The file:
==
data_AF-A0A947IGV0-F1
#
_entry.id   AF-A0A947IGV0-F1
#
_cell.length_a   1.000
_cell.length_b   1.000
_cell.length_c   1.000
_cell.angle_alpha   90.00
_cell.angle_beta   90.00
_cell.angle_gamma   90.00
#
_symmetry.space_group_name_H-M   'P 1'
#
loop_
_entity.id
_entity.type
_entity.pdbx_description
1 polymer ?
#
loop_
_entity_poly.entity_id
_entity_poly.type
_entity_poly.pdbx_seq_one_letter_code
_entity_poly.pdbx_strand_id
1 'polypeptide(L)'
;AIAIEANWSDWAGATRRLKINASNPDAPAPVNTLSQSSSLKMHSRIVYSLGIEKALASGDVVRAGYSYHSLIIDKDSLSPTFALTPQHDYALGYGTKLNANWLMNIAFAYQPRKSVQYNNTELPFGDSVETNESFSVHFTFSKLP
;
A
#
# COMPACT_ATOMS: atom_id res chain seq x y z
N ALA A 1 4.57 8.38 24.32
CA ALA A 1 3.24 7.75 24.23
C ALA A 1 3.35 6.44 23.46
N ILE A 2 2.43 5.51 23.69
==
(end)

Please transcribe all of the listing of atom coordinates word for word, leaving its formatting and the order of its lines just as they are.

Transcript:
data_AF-A0A947IGV0-F1
#
_entry.id   AF-A0A947IGV0-F1
#
_cell.length_a   1.000
_cell.length_b   1.000
_cell.length_c   1.000
_cell.angle_alpha   90.00
_cell.angle_beta   90.00
_cell.angle_gamma   90.00
#
_symmetry.space_group_name_H-M   'P 1'
#
loop_
_entity.id
_entity.type
_entity.pdbx_description
1 polymer ?
#
loop_
_entity_poly.entity_id
_entity_poly.type
_entity_poly.pdbx_seq_one_letter_code
_entity_poly.pdbx_strand_id
1 'polypeptide(L)'
;AIAIEANWSDWAGATRRLKINASNPDAPAPVNTLSQSSSLKMHSRIVYSLGIEKALASGDVVRAGYSYHSLIIDKDSLSPTFALTPQHDYALGYGTKLNANWLMNIAFAYQPRKSVQYNNTELPFGDSVETNESFSVHFTFSKLP
;
A
#
# COMPACT_ATOMS: atom_id res chain seq x y z
N ALA A 1 4.57 8.38 24.32
CA ALA A 1 3.24 7.75 24.23
C ALA A 1 3.35 6.44 23.46
N ILE A 2 2.43 5.51 23.69